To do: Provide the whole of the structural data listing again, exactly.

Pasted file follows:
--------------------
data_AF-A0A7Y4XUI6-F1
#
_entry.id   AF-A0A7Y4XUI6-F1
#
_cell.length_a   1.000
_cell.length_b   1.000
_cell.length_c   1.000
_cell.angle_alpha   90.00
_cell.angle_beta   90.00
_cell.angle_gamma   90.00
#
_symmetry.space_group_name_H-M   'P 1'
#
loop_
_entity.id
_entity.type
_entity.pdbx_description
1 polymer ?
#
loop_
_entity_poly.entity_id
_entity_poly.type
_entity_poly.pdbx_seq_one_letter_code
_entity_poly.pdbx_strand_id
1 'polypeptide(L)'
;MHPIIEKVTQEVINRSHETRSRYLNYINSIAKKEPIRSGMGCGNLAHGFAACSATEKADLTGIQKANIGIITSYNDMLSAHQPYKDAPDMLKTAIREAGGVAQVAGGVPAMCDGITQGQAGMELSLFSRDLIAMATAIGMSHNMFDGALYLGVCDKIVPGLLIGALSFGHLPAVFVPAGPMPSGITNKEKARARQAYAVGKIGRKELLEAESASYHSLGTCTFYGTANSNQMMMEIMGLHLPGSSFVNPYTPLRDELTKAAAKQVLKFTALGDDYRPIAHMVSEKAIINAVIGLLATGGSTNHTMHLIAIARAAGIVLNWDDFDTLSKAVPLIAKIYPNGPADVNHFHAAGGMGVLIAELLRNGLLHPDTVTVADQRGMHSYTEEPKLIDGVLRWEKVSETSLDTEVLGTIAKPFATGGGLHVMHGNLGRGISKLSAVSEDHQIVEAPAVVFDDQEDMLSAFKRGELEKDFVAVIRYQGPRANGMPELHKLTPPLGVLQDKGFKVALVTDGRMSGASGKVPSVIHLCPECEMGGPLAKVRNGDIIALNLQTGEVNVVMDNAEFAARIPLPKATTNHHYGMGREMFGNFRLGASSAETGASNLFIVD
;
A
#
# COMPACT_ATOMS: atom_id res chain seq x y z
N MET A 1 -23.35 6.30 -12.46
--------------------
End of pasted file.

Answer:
data_AF-A0A7Y4XUI6-F1
#
_entry.id   AF-A0A7Y4XUI6-F1
#
_cell.length_a   1.000
_cell.length_b   1.000
_cell.length_c   1.000
_cell.angle_alpha   90.00
_cell.angle_beta   90.00
_cell.angle_gamma   90.00
#
_symmetry.space_group_name_H-M   'P 1'
#
loop_
_entity.id
_entity.type
_entity.pdbx_description
1 polymer ?
#
loop_
_entity_poly.entity_id
_entity_poly.type
_entity_poly.pdbx_seq_one_letter_code
_entity_poly.pdbx_strand_id
1 'polypeptide(L)'
;MHPIIEKVTQEVINRSHETRSRYLNYINSIAKKEPIRSGMGCGNLAHGFAACSATEKADLTGIQKANIGIITSYNDMLSAHQPYKDAPDMLKTAIREAGGVAQVAGGVPAMCDGITQGQAGMELSLFSRDLIAMATAIGMSHNMFDGALYLGVCDKIVPGLLIGALSFGHLPAVFVPAGPMPSGITNKEKARARQAYAVGKIGRKELLEAESASYHSLGTCTFYGTANSNQMMMEIMGLHLPGSSFVNPYTPLRDELTKAAAKQVLKFTALGDDYRPIAHMVSEKAIINAVIGLLATGGSTNHTMHLIAIARAAGIVLNWDDFDTLSKAVPLIAKIYPNGPADVNHFHAAGGMGVLIAELLRNGLLHPDTVTVADQRGMHSYTEEPKLIDGVLRWEKVSETSLDTEVLGTIAKPFATGGGLHVMHGNLGRGISKLSAVSEDHQIVEAPAVVFDDQEDMLSAFKRGELEKDFVAVIRYQGPRANGMPELHKLTPPLGVLQDKGFKVALVTDGRMSGASGKVPSVIHLCPECEMGGPLAKVRNGDIIALNLQTGEVNVVMDNAEFAARIPLPKATTNHHYGMGREMFGNFRLGASSAETGASNLFIVD
;
A
#
# COMPACT_ATOMS: atom_id res chain seq x y z
N MET A 1 -23.35 6.30 -12.46